In 1982 after 10 years constant mountaineering out over (45 weekends a year) I thought that I was now I was an experienced mountaineer and was a bit cocky as we all can be. The Cairngorms take no prisoners and I was climbing early on in the first week of our Annual Winter Course which was held in the Northern Corries and then down to Ben Nevis for the second week. The weather had been very poor but with every day we tried to get a route in no matter what, a bit of ego was involved in these days! The course was to train newer members from the then 6 RAF teams in the UK many with limited experience in winter mountaineering. We left our bags in the Corrie below the route, after the short walk in this was unusual then as we always carried our bags on the route, but my partner was tired and it would be an easy climb, The Mirror was the route which is a grand climb with a Mountaineering feel about it. We hoped to climb up the short 500 foot route fairly quickly. My young pupil had been on the go for 5 days, he was very tired but up for it and was not put off by the forecast. I always left the dog with the bags and he was happy to roam about the Corrie but would always come back to the bags, or even come on to the route! If feeling brave! The weather came in as it does and soon we were having an epic, this easy route Aladdin’s Mirror, but it wanders all over the face, by now a blizzard was in. My partner was not enjoying it but there was no way but up. He lost a glove so I gave him my spare, and then lost his goggles at the belay. By now the winds were in excess of 70 mph; it was white out when we reached the top. There was no chance of uncoiling the ropes as they had frozen, we drapped them round me and then my map blew away. My partner did not have his it was in his bag at the bottom of the climb. No fear I knew the plateau well, so I thought and followed my nose. After some time I knew we had gone the wrong way, my poor partner had enough by now, I was heading out into the incredible wind on the plateau and soon we were fighting for our lives.The wind was wild and my poor companion was out of it now. It is an awful feeling being out alone in such a place but you have to keep control and sort it out. I put the rope on and started to try to work my way back to the Corrie rim using my compass and feel my way around by the cornices and eventually I managed to find the top of the Alladins Couloir. God was I happy but it was no over yet and then in the gale work my way past other climbs Jacobs Ladder and I found Windy Gap. I descended out of the blizzard, this is a very steep icy path, which can avalanche in the right conditions. Thank God we got down it was now dark, torches were in our bags. I shouted in the Coire and saw a torch-light in a break in the blizzard, then Teallach (my dog) came bounding to us and brought us back to the bags and to Don Shanks a great friend who had waited for us. There were no mobile phones in these days, we were on our own our radio was in the bag!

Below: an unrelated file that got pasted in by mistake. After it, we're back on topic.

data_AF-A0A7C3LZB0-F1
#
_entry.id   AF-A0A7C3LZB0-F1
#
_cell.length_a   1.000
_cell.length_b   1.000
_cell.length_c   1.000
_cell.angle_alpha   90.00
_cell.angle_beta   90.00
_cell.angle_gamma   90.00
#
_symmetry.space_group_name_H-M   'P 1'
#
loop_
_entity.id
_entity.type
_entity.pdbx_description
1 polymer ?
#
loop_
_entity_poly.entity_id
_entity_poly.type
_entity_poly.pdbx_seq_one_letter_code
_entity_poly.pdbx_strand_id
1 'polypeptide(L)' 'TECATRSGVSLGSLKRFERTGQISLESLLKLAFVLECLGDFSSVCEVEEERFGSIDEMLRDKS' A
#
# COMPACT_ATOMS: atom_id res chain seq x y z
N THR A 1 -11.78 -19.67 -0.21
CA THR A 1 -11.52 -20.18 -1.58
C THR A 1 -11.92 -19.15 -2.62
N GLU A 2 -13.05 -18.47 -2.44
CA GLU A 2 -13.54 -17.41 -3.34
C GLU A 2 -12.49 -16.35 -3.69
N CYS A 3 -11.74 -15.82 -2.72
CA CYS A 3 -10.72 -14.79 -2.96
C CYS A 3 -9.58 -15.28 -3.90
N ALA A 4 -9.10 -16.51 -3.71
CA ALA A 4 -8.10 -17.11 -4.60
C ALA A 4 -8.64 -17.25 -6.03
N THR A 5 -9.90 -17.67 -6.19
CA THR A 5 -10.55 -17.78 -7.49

A bit of food and we were off my companion was all but done in but we still had an epic in the deep powder snow on the way out. As you can imagine we were late for tea by several hours! In the best traditions of Mountain Rescue I had to tell the waiting course that had been ready to come and get us, the mistakes I had made. The walk of shame is never easy.
Some of the errors made were
“My ego, overconfidence, over familiarity of the area, pushing my partner too far, no spare maps a must in winter, no torches, and leaving the bags and dog at the bottom of the route in a poor climbing day. Not having a map each and not using the compass and many more. It could have ended up much worse as the weather was so bad that night the ski road was closed all the next day.
We would have been on our own and the plateau in weather like that takes no prisoners! I learnt so many lessons about winter mountaineering from that! I was at my peak fitness and had just completed a three week winter traverse of the Scottish Mountains from South to North it was a real reminder what nature and cockiness can do.
It was what I needed a reminder of my modest knowledge of the mountains and how fortunate I was fit and strong enough to get out of that adventure safely.
Many others have not been so lucky and I have seen the tragedy of a serious of errors. I will speak to the RAF MRT Annual Winter Course next week and will tell them the odd story so they do not make the same mistakes. Do you have any that may help other? Please get in touch.